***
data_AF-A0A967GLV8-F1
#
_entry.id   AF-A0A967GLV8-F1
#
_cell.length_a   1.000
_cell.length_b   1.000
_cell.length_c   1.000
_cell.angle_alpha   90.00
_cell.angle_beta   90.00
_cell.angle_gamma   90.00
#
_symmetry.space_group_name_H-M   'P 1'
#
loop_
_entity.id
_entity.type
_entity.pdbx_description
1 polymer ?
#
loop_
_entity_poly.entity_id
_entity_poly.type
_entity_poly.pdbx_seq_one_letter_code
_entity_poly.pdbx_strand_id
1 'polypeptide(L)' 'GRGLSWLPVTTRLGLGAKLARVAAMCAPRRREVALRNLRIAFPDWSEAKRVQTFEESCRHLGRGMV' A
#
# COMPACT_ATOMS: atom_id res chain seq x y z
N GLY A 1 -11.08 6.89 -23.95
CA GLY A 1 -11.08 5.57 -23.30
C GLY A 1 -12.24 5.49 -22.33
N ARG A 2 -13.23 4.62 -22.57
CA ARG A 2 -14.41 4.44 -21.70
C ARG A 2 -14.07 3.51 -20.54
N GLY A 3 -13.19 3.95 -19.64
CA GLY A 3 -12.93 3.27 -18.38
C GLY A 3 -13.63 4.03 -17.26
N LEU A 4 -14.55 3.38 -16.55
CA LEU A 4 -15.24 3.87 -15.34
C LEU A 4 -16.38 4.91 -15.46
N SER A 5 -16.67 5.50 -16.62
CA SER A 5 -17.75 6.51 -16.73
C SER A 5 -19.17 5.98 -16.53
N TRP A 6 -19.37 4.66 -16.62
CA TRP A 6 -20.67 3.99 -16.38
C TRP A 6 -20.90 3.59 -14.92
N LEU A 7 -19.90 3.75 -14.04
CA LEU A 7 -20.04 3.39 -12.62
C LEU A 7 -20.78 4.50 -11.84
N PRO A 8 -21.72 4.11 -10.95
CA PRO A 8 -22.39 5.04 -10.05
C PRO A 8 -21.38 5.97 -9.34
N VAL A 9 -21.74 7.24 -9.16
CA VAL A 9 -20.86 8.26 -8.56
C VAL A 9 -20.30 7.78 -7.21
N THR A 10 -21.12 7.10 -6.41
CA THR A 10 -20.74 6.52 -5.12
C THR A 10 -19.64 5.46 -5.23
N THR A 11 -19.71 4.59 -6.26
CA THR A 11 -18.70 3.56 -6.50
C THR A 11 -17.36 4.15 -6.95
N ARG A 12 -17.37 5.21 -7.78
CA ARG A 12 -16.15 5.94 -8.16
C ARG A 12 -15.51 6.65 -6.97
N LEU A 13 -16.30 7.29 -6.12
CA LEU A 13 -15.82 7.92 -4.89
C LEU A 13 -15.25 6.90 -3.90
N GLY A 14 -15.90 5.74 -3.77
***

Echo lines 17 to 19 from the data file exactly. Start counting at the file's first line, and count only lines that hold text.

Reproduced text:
_entity.pdbx_description
1 polymer ?
#